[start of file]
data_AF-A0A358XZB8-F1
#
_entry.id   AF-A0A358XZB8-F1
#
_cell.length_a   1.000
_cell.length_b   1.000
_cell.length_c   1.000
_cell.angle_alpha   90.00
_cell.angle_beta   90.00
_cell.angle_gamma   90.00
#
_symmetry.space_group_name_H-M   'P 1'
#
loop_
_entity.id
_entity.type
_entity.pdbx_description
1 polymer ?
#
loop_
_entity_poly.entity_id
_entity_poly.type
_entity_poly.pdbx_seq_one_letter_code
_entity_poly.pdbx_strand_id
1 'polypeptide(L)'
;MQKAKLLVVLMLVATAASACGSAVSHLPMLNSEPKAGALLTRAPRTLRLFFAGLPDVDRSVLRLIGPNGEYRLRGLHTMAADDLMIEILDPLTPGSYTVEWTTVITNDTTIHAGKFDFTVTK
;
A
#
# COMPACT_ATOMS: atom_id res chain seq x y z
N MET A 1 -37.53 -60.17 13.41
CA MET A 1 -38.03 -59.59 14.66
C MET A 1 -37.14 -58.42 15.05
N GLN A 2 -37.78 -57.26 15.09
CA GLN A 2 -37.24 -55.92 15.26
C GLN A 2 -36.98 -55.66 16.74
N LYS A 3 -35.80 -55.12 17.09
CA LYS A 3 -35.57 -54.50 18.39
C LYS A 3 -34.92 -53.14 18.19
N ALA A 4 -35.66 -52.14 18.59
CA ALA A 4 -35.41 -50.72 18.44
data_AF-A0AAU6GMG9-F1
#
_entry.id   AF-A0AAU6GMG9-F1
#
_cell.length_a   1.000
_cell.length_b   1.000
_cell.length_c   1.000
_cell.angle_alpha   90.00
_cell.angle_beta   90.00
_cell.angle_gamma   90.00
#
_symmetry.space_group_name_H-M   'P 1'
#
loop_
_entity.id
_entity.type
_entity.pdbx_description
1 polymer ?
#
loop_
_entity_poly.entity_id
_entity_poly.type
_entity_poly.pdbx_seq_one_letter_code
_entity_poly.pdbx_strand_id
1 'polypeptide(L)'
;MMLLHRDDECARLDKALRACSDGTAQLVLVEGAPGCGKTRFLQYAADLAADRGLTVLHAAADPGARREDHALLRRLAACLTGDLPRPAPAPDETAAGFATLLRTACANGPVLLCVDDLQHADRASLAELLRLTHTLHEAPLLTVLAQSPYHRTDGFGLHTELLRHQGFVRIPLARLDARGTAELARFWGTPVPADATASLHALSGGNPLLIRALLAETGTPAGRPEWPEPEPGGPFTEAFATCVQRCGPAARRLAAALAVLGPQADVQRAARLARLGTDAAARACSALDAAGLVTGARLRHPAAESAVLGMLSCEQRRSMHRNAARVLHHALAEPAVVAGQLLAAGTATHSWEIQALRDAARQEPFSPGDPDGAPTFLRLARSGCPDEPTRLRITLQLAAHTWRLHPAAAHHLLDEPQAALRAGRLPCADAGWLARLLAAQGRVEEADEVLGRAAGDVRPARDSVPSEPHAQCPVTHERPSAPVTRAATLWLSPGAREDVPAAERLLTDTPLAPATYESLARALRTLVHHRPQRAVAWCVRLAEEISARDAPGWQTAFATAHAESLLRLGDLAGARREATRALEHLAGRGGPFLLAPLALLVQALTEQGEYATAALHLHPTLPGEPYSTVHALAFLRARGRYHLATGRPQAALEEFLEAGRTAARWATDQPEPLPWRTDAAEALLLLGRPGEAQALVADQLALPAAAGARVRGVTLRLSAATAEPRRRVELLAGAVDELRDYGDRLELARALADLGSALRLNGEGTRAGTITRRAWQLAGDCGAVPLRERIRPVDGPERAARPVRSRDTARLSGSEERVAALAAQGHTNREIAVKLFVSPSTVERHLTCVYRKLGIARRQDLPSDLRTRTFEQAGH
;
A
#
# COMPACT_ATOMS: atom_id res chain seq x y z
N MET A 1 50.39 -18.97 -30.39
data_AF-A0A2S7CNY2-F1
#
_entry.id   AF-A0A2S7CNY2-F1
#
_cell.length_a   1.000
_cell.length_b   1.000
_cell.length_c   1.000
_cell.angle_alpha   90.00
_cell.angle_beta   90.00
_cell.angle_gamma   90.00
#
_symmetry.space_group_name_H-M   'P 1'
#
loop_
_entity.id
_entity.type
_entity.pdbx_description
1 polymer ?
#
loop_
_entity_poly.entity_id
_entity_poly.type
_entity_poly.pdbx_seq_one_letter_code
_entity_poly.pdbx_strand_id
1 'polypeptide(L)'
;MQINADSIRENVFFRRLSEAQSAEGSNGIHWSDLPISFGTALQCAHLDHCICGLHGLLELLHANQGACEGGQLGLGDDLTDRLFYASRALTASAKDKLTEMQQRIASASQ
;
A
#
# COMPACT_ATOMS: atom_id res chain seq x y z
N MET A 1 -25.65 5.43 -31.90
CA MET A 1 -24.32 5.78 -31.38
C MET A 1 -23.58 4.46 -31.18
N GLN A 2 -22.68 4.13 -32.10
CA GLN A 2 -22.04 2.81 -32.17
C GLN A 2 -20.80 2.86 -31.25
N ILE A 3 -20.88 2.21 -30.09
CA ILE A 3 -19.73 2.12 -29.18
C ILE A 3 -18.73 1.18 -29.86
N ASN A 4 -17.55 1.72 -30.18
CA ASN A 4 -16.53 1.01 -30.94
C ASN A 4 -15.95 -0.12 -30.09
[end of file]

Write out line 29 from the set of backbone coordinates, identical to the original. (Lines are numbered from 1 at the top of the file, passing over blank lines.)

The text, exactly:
#